The heavy spring rains have been incessant up and down the river, and there are projections for more Midwest thunderstorms later on this week. And all this water has, over the years, been channeled in tight levee systems that are right now under massive pressure. Author John Barry, who has been a guest on my radio show on several occasions, documented the dangers of flooding on the Mississippi in his award winning book, “Rising Tide: The Great Mississippi river Flood of 1927 and How it Changed America.” I asked him about his concerns today. “I know the power of this river, and quite frankly it makes me nervous to see this much water on the move,” he says. Continue reading “Jim Brown”
First of all folks it has come to my attention there is a missing episode of Magnum J.D. starring Eric Paulsen, Diane Hollis, Phyllis George, Dr. Laura Badeaux, Cindy Cenac, Julie Quinn, Faith Peperone, Sonia Perez, Kathleen Diamond and Elizabeth Dent. According to my sources, screen writer Nell Nolan had the ladies situated poolside enjoying the fine spring day over at Mag’s place on St Chas. A tip of the Slabbed hat to several readers on the disappearance of the episode which also has Magnum out of town trying to ascertain his real place of birth.
In late 2008/early 2009 the Nation was captivated by the judicial bribery prosecution of Dickie Scruggs, his son Zach plus the greedy stooges in Tim Balducci and Steve Patterson among others. In a way the genesis of Slabbed lie in those events as Team Insurance, through various shills such as Portland Oregon Lawyer David Rossmiller that took the opportunity to screw over folks down here on the coast whose only “crime” was losing their homes to a hurricane and expecting their insurer to honor their contracts.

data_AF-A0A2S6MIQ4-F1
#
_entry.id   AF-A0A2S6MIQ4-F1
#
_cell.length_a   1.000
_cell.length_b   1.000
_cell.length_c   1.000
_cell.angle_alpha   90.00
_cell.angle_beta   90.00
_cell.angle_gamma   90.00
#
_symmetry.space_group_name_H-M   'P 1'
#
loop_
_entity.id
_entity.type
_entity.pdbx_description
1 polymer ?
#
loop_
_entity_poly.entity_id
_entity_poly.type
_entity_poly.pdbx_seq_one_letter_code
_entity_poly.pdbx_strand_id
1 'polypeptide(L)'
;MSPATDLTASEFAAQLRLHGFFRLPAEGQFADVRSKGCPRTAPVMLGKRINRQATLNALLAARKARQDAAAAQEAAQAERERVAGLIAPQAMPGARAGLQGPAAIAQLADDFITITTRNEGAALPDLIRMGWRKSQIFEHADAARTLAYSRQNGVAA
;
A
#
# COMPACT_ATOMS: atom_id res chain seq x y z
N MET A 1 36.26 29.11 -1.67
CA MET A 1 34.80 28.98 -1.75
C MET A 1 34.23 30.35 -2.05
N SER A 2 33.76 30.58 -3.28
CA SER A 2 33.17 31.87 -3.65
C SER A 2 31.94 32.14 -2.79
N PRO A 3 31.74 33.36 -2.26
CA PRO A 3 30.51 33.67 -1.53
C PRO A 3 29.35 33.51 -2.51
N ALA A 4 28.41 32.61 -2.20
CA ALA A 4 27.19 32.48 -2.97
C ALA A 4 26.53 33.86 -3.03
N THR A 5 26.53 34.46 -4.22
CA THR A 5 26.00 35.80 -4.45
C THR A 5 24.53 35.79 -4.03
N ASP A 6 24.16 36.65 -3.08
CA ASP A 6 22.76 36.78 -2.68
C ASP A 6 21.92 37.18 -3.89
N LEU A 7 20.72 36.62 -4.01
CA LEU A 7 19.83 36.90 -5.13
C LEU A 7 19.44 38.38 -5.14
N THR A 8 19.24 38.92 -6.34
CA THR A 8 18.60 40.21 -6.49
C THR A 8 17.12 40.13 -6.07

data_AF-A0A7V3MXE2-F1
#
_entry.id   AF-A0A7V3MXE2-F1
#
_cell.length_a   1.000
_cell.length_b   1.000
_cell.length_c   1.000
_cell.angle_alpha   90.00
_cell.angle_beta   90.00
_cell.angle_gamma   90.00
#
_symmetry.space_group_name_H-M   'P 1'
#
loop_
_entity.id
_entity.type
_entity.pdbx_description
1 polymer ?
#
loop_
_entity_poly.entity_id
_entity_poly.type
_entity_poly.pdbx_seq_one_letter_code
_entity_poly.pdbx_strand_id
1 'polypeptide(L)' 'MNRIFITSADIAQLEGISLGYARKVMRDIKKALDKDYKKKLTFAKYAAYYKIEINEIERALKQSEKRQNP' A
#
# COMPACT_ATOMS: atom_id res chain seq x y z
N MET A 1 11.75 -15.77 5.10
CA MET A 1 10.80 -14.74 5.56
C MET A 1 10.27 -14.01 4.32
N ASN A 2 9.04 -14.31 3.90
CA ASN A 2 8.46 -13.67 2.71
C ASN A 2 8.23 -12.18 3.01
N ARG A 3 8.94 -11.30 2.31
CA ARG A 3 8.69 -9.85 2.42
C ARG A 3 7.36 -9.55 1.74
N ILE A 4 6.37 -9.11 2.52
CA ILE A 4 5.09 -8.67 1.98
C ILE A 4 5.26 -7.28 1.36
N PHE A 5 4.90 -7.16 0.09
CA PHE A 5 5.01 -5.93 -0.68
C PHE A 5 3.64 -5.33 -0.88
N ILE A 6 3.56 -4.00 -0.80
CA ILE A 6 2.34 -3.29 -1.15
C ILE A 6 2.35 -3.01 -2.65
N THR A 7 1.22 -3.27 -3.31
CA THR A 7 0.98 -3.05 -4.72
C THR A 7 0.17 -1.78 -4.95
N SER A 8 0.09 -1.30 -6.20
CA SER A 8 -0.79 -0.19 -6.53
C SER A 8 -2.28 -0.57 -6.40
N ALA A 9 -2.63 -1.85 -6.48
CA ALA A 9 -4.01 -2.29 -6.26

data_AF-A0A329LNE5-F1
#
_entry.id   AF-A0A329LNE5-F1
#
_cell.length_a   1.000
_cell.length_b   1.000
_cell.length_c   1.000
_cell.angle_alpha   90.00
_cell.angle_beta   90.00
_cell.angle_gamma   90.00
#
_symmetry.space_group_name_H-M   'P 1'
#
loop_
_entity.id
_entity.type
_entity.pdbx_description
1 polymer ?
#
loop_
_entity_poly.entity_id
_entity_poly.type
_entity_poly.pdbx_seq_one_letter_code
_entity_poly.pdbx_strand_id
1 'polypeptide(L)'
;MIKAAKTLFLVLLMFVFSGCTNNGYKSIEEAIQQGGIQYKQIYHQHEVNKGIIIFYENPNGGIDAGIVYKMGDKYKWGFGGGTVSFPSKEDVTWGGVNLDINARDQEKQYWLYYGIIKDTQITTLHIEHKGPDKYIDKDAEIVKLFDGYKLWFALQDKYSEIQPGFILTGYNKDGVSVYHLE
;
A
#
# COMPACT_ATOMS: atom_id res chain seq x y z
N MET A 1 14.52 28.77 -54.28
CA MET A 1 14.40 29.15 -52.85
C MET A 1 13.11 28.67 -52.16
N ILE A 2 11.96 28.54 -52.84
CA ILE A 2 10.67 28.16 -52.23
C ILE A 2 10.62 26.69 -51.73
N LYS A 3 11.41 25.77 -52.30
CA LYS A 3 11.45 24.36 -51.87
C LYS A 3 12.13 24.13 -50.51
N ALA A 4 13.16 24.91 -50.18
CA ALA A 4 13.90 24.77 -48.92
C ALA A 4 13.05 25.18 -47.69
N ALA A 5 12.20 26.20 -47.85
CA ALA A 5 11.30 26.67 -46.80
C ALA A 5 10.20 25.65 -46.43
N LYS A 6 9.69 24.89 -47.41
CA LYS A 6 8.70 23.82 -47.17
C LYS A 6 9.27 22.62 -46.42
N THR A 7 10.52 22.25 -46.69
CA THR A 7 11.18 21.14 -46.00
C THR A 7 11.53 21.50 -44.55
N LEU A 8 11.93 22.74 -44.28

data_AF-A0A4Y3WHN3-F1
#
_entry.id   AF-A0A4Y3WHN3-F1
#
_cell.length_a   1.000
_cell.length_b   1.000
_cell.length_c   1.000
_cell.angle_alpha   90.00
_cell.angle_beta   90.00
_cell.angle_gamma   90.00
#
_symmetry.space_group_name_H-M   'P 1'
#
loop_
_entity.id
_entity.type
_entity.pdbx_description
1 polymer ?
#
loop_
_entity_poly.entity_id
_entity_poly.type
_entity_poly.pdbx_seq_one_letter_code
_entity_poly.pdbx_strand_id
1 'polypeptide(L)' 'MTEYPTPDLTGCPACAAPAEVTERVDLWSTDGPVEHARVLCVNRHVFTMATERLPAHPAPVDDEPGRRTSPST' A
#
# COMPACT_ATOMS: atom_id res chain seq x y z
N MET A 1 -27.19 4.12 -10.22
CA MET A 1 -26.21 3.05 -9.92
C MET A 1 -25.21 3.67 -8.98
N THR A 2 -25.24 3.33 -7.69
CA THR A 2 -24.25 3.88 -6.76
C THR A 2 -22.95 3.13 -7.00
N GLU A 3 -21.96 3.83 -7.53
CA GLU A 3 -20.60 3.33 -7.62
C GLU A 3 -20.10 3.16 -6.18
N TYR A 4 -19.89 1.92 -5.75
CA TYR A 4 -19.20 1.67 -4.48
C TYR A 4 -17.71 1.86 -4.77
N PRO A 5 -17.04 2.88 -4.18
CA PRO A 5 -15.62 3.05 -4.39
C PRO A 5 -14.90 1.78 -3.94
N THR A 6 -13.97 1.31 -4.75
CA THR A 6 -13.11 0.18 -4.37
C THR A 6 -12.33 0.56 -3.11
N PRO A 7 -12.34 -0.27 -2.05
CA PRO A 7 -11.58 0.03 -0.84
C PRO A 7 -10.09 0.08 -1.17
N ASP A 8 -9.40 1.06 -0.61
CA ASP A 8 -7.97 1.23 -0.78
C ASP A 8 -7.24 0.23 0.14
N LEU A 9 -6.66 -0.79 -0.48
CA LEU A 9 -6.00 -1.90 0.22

There has been a fair amount about the Scruggs prosecution documented on these pages, mainly by the now on hiatus Nowdy who used the term Just Us justice to describe the behind the scenes crushing of Zach Scruggs in particular and indeed before she departed she wrote of Zach Scrugg’s attempt to have his guilty plea overturned based on the case facts and an intervening Supreme Court decision.
I’ve never had much of an interest in the carrying on of a bunch of power lawyers 300 plus miles away in North Mississippi before the folks down here on the coast got used as cheap props in the Scruggs scandal and believe me I come not to defend Dick Scruggs as he represents the worst of the legal profession in how he conducted himself professionally. That said I’m now beginning to wonder how much company he should have in the federal pen because it is becoming very clear some of Scruggs’ loudest critics aren’t much better people and this includes the US Attorney’s Office for the Northern District of Mississippi which even tried to eat its own young in the bogus prosecution of FBI Agent Hal Neilson last year.
I’ve been sitting on information about the Scruggs saga for well over a year. Frankly with the revelations that the US Attorney’s office in Oxford seemed more interested in cashing via writing a book than doing justice in USA v Scruggs, the more recent revelations of prosecutorial misconduct in the case comes as no surprise. This is a topic that is beginning to call me, especially with news today that AUSA Bob Norman was disqualified by Judge Biggers from USA v Zach Scruggs for withholding information from the court salient to the case.
I personally think Zach knew about the bribe just as surely as the senior folks at Nutt and McAllister did, but I do not think the government had the evidence to prove it. When things slow down a bit I’m going to review this case. It is becoming too compelling not to take a second look.